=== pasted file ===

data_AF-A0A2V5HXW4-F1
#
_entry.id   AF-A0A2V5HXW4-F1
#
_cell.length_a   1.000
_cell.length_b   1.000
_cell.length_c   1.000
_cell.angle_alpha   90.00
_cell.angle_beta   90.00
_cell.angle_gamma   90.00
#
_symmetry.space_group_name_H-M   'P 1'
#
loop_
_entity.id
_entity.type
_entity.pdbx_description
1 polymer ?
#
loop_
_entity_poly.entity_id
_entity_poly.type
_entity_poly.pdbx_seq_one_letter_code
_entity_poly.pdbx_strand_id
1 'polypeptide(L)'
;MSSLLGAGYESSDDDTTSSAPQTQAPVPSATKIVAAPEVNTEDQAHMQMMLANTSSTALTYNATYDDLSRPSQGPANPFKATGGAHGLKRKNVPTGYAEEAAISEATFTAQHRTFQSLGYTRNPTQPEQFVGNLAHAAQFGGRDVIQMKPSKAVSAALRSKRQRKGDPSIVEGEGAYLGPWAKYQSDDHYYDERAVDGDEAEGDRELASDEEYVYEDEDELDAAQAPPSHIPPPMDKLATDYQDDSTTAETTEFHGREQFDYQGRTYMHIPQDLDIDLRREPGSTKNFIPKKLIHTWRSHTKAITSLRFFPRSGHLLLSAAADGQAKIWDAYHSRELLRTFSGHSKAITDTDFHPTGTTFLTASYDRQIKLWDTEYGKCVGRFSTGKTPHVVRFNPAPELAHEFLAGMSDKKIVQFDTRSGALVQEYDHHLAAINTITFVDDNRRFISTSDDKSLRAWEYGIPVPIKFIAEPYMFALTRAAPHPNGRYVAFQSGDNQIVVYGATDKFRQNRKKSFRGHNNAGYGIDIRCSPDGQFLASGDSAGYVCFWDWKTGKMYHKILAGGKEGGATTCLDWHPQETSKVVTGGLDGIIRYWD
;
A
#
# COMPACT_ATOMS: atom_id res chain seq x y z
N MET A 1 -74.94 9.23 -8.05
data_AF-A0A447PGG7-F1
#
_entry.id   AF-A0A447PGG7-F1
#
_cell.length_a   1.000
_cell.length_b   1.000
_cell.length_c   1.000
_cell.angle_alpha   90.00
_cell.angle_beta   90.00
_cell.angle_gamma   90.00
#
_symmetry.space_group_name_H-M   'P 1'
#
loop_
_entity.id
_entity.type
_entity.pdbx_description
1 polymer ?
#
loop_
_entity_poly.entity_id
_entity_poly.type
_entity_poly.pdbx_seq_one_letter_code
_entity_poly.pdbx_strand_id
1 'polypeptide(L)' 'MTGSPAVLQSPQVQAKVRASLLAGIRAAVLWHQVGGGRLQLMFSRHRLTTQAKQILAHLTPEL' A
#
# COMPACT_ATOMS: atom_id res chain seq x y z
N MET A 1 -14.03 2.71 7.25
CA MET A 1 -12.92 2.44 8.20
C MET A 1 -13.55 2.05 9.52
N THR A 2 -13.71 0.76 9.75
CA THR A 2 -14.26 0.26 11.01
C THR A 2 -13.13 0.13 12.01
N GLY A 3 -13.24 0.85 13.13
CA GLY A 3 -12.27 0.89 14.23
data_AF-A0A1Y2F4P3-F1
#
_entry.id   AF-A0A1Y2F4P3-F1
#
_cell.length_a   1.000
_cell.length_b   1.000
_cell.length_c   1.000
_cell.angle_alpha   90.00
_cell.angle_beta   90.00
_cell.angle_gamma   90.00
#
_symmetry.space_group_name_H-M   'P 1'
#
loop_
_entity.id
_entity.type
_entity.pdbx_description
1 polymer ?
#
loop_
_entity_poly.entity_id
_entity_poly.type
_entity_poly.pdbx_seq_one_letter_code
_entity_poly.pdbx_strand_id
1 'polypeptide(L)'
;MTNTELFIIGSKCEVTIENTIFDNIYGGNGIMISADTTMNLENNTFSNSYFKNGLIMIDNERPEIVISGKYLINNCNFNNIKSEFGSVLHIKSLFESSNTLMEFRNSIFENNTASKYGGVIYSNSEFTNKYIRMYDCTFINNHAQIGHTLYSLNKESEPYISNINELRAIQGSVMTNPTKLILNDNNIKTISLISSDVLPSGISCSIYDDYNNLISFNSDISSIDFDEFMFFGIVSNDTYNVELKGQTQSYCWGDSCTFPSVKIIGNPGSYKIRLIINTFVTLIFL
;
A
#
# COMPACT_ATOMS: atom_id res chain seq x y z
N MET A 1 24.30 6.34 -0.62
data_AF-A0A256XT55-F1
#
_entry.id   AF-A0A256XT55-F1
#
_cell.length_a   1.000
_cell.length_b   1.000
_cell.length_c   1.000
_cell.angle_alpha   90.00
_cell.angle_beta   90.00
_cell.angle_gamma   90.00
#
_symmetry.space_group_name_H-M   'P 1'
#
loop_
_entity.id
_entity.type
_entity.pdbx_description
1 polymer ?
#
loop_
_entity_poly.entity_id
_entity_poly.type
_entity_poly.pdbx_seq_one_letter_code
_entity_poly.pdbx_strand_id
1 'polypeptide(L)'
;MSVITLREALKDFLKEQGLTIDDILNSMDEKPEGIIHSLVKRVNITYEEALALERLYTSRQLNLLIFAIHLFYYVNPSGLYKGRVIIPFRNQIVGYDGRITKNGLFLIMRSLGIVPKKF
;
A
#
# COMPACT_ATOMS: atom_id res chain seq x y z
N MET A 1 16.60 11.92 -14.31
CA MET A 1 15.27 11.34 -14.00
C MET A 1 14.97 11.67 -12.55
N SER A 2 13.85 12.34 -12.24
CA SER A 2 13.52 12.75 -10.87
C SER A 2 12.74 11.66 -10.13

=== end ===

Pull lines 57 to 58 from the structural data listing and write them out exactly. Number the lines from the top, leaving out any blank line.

#
# COMPACT_ATOMS: atom_id res chain seq x y z